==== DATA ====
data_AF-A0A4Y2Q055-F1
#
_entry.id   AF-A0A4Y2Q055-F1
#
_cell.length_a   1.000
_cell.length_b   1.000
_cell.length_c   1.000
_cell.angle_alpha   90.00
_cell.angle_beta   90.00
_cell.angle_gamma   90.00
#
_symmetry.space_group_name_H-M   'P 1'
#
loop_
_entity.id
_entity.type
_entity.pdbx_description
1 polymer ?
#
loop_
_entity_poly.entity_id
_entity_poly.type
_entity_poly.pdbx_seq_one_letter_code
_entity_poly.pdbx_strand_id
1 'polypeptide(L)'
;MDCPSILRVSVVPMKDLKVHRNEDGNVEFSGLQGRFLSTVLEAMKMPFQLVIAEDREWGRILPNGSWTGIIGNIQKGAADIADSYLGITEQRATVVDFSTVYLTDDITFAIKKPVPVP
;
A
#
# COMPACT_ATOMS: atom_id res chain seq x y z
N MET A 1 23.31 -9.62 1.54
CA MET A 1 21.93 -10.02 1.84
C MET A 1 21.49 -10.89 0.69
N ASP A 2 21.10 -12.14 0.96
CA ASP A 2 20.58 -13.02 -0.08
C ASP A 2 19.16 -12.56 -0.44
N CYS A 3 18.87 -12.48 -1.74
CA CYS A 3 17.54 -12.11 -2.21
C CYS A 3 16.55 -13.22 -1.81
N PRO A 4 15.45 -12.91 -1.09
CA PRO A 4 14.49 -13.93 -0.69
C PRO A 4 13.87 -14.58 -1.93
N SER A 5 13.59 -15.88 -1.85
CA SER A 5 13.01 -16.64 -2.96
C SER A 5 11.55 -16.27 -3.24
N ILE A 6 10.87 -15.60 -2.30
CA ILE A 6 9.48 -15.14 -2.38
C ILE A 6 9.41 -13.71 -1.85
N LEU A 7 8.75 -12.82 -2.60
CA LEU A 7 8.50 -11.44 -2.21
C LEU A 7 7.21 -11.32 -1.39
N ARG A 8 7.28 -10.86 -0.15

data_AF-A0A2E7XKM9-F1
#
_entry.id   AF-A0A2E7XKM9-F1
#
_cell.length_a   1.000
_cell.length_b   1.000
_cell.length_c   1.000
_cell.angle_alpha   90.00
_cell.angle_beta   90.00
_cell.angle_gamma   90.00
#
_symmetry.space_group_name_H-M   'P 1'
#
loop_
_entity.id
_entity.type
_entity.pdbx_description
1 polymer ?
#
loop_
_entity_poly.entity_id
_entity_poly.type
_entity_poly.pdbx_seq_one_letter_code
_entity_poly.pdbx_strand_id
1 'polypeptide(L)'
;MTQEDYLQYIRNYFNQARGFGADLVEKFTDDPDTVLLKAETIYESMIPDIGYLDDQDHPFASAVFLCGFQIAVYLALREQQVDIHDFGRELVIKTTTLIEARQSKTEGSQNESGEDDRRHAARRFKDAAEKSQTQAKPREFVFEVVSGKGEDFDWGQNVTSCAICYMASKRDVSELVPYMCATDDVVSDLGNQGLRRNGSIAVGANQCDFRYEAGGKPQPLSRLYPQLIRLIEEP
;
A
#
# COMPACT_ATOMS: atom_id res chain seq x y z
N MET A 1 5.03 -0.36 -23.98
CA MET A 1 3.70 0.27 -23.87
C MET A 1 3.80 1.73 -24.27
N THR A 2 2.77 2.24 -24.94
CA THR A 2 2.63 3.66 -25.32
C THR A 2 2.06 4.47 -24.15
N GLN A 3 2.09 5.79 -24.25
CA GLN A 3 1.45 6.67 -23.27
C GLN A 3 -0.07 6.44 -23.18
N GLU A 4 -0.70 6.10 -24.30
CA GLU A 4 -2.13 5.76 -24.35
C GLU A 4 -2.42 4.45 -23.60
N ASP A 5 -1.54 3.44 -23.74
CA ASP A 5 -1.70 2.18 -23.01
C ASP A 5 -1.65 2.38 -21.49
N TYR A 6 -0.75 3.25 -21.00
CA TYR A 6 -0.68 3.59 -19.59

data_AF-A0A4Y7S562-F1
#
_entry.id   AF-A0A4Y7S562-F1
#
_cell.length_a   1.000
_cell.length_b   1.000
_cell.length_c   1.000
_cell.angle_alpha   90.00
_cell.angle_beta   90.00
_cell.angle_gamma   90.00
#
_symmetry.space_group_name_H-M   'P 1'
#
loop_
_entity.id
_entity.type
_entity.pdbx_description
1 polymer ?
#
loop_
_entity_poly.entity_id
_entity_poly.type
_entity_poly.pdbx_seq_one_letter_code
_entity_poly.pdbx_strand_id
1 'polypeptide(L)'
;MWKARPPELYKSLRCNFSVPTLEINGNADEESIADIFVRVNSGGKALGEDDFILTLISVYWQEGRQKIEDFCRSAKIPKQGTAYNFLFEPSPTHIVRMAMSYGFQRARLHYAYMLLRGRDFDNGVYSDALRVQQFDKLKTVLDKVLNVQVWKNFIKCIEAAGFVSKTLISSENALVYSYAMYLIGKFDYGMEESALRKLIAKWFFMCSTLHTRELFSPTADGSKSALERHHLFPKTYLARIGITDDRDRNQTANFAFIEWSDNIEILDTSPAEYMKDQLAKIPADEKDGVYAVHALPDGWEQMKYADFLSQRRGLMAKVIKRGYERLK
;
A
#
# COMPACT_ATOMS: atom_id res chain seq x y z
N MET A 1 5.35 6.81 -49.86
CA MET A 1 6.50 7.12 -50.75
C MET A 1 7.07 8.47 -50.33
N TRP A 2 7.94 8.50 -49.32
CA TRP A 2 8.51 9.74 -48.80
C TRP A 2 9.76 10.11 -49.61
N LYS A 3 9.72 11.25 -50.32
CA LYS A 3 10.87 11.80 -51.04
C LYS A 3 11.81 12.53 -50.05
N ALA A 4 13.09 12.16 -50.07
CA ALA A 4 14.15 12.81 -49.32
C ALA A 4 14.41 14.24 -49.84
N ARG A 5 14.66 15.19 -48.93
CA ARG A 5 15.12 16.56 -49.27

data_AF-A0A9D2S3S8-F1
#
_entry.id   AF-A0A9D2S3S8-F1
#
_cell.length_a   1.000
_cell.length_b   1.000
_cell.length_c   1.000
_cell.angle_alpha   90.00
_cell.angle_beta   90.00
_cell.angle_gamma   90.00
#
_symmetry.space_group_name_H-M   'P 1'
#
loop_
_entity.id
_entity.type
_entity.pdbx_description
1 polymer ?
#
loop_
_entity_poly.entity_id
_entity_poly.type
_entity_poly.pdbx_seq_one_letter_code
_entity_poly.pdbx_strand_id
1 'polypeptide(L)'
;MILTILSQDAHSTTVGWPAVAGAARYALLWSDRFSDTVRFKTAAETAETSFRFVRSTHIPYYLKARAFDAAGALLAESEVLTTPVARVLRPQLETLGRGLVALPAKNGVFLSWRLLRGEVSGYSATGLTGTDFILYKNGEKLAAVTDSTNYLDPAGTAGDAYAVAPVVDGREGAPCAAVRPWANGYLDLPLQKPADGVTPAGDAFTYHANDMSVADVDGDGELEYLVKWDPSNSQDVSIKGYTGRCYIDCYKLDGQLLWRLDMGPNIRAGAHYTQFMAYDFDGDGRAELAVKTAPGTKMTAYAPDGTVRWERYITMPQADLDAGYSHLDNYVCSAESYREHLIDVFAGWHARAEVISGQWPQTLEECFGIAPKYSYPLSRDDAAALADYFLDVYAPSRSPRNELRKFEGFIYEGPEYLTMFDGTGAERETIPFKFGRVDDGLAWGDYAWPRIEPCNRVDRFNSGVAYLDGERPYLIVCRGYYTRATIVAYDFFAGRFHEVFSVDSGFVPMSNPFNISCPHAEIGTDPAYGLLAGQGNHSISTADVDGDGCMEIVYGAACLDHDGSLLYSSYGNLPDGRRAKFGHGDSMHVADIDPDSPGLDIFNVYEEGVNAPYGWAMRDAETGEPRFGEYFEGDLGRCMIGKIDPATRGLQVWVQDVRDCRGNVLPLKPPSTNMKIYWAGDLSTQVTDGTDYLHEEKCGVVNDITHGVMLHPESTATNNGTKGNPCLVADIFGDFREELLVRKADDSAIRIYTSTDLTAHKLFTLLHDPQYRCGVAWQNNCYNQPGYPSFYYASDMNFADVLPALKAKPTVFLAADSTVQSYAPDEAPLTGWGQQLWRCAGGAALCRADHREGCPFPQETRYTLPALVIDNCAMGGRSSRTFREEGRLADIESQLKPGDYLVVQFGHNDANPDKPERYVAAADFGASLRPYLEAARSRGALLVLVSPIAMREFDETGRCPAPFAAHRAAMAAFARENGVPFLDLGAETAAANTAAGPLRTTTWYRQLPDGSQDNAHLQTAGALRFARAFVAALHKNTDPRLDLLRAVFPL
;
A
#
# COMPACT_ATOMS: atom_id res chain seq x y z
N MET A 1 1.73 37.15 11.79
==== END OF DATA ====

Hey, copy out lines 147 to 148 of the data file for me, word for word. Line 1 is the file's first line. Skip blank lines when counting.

#
_cell.length_a   1.000